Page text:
Living in the Past Can Be Bad, Bad, Bad: Law of Attraction Screw-ups

One last look at my yard before the freeze.  Ah, Florida in December and it’s going to be 18 degrees????? Photo credit:  Lorna Tedder

This article is from the upcoming book, 23 Ways I Screwed Up My Life  with the Law of Attraction—and How I Fixed It

The bad news is that I haven’t gotten my Law of Attraction efforts quite right yet, even after three very effective years of practice.  The good news is that I keep learning, tweaking, perfecting my attempts, and I’m getting better every second.

After relaxing into my LOA efforts over the summer of 2010 and allowing something wonderful into life in the autumn,  I had a massive screw-up and almost lost something that had become very important to me.  Whereas some of the fall months had me adapting quickly to some lush but shaky new ground I wasn’t used to, by the end of November, I was looking back at losing my emotional grip within a scant month and not understanding—at first—how I’d gone so quickly into a downward spiral.

I spent about 72 hours in seclusion, pondering the events of the previous three months and trying to figure out where I’d gone wrong.  I’m not one of those people who can simply not think about where I got off course and be back on course.  I had to ponder things, figure out my mistakes, and then I can not repeat them.  I have to purge the old and harmful.

Though I often write about painful elements of my past, it’s usually in a way to work through them and purge them rather than to relive them.  I write about it and I’m done.  It may raise its head again and I have to write through it, or a different aspect of it, again but outside of my writing, I don’t talk about it and relive it.  That’s where I made a huge mistake back in November.

I was asked about a particularly painful time in my life.  It’s not something I discuss and seldom have written about.  It’s in the past and I don’t dwell on it much anymore.  I’m aware of it from time to time, and the wounds inflicted, but I don’t think about it constantly.  I know absolutely that I can’t think about it constantly because if I do, my focus shifts to all that pain, and I can’t stay serene and happy.

In order to help a friend, I explained this painful episode from my past.  I answered deep, probing questions about it.  I spent several days talking to my friend about nothing but  that awful time and how I dealt with it so that he could feel more secure in some of his own decisions.

And then, the next week, there were more questions, more reliving those memories, more going back there in my head and thinking about it.  I began to find myself weary of it and dreading talking about it, but I also wanted to help my friend to get through a particularly hard time, so I relented and dug deep into my past.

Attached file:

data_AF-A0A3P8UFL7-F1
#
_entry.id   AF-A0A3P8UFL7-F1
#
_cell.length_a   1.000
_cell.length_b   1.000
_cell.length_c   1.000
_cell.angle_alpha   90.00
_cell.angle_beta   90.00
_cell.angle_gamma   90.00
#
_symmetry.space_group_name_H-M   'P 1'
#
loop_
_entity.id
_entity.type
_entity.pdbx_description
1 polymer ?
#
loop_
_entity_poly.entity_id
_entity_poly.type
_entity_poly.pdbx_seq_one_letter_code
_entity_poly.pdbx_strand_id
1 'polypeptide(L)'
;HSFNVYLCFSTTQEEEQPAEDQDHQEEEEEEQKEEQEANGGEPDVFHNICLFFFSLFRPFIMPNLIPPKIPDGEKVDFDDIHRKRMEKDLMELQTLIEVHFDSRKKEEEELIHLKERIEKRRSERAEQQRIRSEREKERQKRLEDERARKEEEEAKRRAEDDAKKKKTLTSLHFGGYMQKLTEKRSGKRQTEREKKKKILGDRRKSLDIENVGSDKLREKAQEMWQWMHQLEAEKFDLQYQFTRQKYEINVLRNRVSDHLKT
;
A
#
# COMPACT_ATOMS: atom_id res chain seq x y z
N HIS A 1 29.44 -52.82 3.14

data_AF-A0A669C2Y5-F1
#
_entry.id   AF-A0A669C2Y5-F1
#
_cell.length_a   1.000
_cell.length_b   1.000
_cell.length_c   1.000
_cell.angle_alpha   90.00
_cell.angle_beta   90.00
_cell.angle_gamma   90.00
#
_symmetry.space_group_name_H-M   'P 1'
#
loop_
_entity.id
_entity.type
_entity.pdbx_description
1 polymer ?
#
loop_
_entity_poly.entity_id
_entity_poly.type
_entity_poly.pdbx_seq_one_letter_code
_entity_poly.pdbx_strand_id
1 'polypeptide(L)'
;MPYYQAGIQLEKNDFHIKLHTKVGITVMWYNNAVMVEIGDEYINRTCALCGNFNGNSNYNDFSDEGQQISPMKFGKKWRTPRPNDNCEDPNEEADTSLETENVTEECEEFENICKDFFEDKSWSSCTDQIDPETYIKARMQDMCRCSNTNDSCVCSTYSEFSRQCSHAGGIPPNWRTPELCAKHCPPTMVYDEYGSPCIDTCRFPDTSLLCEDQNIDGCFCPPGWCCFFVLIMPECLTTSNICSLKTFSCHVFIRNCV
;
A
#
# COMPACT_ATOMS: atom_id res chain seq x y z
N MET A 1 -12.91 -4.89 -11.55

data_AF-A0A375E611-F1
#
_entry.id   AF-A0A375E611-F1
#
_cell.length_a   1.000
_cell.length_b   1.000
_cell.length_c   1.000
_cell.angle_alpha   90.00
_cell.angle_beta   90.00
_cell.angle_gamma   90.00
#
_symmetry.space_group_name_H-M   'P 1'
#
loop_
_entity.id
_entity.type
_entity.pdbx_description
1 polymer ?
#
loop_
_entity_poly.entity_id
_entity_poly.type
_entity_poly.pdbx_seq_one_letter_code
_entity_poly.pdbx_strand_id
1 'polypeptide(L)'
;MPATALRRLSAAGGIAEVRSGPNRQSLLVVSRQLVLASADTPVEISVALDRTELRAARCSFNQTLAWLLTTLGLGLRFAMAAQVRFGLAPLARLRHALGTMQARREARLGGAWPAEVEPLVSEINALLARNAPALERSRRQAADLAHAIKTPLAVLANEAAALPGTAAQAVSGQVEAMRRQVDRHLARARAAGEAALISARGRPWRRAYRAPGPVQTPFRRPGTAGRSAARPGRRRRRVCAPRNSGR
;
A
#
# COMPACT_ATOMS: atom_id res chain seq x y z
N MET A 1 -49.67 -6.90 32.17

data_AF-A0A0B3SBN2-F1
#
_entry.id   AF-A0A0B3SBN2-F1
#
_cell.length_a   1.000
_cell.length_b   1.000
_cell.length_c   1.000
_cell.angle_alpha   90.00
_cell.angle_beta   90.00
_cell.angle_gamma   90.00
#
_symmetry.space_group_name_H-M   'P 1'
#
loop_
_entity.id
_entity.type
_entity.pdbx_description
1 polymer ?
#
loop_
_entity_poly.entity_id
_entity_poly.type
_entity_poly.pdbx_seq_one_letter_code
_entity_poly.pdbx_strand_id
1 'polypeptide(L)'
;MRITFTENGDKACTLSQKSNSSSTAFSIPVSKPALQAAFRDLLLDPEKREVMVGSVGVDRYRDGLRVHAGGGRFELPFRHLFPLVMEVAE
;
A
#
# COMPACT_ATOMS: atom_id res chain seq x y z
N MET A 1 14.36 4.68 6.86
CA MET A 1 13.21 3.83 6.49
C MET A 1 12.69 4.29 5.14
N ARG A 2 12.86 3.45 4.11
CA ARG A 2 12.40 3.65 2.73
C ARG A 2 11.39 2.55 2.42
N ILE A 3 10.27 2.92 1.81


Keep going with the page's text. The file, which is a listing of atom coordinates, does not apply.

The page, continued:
This continued off and on throughout the month, and I noticed that I was becoming less happy and more emotionally turbulent.  To my surprise, I also found the same situation from my past starting to repeat itself in the present.

Uh-oh!  Not good!

How did I go from being cheerful and happy and thriving to suddenly upset and insecure?  What had I done?

In my radical reappraisal of what was happening in my life at the beginning of December, I realized that the way I felt–as well as the pattern I was seeing repeated–was the same as I’d endured during the terrible time I’d been asked to recall repeatedly in an effort to help someone else.  You see, the brain doesn’t really recognize the past.  If you can go back to the past, back to memories, and think so deeply about them and the emotions of the time that you FEEL them, then you are reliving them.  You are living in the past.

In my case, I was back to a difficult time full of loss and despair, feeling all those feelings again, drawing the same things to me again to lose and despair over.  I stopped smiling.  I stopped laughing.  I feared ridiculous things that hadn’t happened yet would come to pass, just as they had back then.  My entire attention had been refocused to a time of loss, insecurity, pain…and as I relived the past in words and thoughts, I began to repeat it in the present.  I’d lost my sense of happiness and serenity.

After a few days of deep thought, I turned the situation around.  The first step was in ceasing to discuss the past turbulence to help my friend.  Answering an occasional question for the rest of my life, I felt, was okay because that didn’t require a commitment to my past.  However,  deep daily discussion of every detail of that era of my life and living there emotionally?  No.   Ultimately, my friend didn’t really need as many details of my own situation as he thought in order to figure out his own path.

Once I disengaged from the past, I felt an immediate sense of relief.  I regained my perspective.  I returned to my “happy place.”    My friend noticed right away how much happier I was, almost overnight.  I dumped the pain I’d gone back into the past and picked up.  My current situation that was shockingly repeating from the past cleared up.  I became more at ease, more serene.  And…from this new perspective of serenity, I was much better able to help my friend by being an example of happiness rather than a victim of the past.